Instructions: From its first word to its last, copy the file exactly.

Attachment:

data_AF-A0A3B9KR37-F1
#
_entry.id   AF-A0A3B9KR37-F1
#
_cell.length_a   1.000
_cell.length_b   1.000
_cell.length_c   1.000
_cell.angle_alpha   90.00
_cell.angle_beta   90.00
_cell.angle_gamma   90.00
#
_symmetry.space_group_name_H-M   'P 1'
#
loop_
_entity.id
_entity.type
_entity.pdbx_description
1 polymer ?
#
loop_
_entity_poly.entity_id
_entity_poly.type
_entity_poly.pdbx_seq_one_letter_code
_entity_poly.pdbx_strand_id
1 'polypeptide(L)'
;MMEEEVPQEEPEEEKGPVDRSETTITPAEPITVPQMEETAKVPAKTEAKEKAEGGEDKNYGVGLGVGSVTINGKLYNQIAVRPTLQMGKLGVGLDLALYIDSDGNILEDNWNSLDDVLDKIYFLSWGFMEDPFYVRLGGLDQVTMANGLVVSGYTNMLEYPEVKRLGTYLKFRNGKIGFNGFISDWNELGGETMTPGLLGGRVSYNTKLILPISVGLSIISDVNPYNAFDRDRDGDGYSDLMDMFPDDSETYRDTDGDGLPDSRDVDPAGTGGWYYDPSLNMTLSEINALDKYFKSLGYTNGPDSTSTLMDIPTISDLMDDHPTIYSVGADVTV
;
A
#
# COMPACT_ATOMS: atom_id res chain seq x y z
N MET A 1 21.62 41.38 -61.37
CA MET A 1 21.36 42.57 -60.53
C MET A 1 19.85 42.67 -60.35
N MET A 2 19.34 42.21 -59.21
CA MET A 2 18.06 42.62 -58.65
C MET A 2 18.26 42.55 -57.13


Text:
data_AF-A0A3B9KR37-F1
#
_entry.id   AF-A0A3B9KR37-F1
#
_cell.length_a   1.000
_cell.length_b   1.000
_cell.length_c   1.000
_cell.angle_alpha   90.00
_cell.angle_beta   90.00
_cell.angle_gamma   90.00
#
_symmetry.space_group_name_H-M   'P 1'
#
loop_
_entity.id
_entity.type
_entity.pdbx_description
1 polymer ?
#
loop_
_entity_poly.entity_id
_entity_poly.type
_entity_poly.pdbx_seq_one_letter_code
_entity_poly.pdbx_strand_id
1 'polypeptide(L)'
;MMEEEVPQEEPEEEKGPVDRSETTITPAEPITVPQMEETAKVPAKTEAKEKAEGGEDKNYGVGLGVGSVTINGKLYNQIAVRPTLQMGKLGVGLDLALYIDSDGNILEDNWNSLDDVLDKIYFLSWGFMEDPFYVRLGGLDQVTMANGLVVSGYTNMLEYPEVKRLGTYLKFRNGKIGFNGFISDWNELGGETMTPGLLGGRVSYNTKLILPISVGLSIISDVNPYNAFDRDRDGDGYSDLMDMFPDDSETYRDTDGDGLPDSRDVDPAGTGGWYYDPSLNMTLSEINALDKYFKSLGYTNGPDSTSTLMDIPTISDLMDDHPTIYSVGADVTV
;
A
#
# COMPACT_ATOMS: atom_id res chain seq x y z
N MET A 1 21.62 41.38 -61.37
CA MET A 1 21.36 42.57 -60.53
C MET A 1 19.85 42.67 -60.35
N MET A 2 19.34 42.21 -59.21
CA MET A 2 18.06 42.62 -58.65
C MET A 2 18.26 42.55 -57.13